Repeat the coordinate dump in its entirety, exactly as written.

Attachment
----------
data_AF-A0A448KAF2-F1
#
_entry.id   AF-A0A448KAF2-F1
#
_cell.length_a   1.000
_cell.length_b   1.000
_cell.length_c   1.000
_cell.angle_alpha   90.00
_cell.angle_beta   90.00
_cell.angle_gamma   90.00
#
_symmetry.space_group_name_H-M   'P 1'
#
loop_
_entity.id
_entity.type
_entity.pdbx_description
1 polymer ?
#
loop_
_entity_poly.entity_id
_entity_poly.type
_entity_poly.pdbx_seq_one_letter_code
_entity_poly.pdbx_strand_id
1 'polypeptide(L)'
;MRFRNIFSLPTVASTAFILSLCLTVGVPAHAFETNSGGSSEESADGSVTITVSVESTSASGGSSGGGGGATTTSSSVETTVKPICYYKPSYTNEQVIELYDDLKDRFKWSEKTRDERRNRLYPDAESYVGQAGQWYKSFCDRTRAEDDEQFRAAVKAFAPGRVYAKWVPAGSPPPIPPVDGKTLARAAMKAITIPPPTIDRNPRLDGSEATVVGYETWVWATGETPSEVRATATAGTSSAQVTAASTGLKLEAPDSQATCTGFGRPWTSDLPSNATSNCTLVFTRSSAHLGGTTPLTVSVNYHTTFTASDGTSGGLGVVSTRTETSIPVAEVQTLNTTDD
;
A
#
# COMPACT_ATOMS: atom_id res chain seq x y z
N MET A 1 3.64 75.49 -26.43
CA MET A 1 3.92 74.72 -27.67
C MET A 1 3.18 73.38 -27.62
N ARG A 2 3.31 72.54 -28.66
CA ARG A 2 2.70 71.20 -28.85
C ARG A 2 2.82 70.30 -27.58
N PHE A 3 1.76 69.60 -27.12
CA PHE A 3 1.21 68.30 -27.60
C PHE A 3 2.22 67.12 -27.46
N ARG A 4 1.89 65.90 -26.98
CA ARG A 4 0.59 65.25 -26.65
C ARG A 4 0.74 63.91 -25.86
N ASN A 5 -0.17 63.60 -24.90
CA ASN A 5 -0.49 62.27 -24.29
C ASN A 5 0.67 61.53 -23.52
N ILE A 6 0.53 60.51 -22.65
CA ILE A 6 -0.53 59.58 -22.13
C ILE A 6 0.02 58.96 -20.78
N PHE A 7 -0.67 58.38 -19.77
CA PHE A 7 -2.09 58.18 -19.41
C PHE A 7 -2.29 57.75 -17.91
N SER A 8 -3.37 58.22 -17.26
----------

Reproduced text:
data_AF-A0A448KAF2-F1
#
_entry.id   AF-A0A448KAF2-F1
#
_cell.length_a   1.000
_cell.length_b   1.000
_cell.length_c   1.000
_cell.angle_alpha   90.00
_cell.angle_beta   90.00
_cell.angle_gamma   90.00
#
_symmetry.space_group_name_H-M   'P 1'
#
loop_
_entity.id
_entity.type
_entity.pdbx_description
1 polymer ?
#
loop_
_entity_poly.entity_id
_entity_poly.type
_entity_poly.pdbx_seq_one_letter_code
_entity_poly.pdbx_strand_id
1 'polypeptide(L)'
;MRFRNIFSLPTVASTAFILSLCLTVGVPAHAFETNSGGSSEESADGSVTITVSVESTSASGGSSGGGGGATTTSSSVETTVKPICYYKPSYTNEQVIELYDDLKDRFKWSEKTRDERRNRLYPDAESYVGQAGQWYKSFCDRTRAEDDEQFRAAVKAFAPGRVYAKWVPAGSPPPIPPVDGKTLARAAMKAITIPPPTIDRNPRLDGSEATVVGYETWVWATGETPSEVRATATAGTSSAQVTAASTGLKLEAPDSQATCTGFGRPWTSDLPSNATSNCTLVFTRSSAHLGGTTPLTVSVNYHTTFTASDGTSGGLGVVSTRTETSIPVAEVQTLNTTDD
;
A
#
# COMPACT_ATOMS: atom_id res chain seq x y z
N MET A 1 3.64 75.49 -26.43
CA MET A 1 3.92 74.72 -27.67
C MET A 1 3.18 73.38 -27.62
N ARG A 2 3.31 72.54 -28.66
CA ARG A 2 2.70 71.20 -28.85
C ARG A 2 2.82 70.30 -27.58
N PHE A 3 1.76 69.60 -27.12
CA PHE A 3 1.21 68.30 -27.60
C PHE A 3 2.22 67.12 -27.46
N ARG A 4 1.89 65.90 -26.98
CA ARG A 4 0.59 65.25 -26.65
C ARG A 4 0.74 63.91 -25.86
N ASN A 5 -0.17 63.60 -24.90
CA ASN A 5 -0.49 62.27 -24.29
C ASN A 5 0.67 61.53 -23.52
N ILE A 6 0.53 60.51 -22.65
CA ILE A 6 -0.53 59.58 -22.13
C ILE A 6 0.02 58.96 -20.78
N PHE A 7 -0.67 58.38 -19.77
CA PHE A 7 -2.09 58.18 -19.41
C PHE A 7 -2.29 57.75 -17.91
N SER A 8 -3.37 58.22 -17.26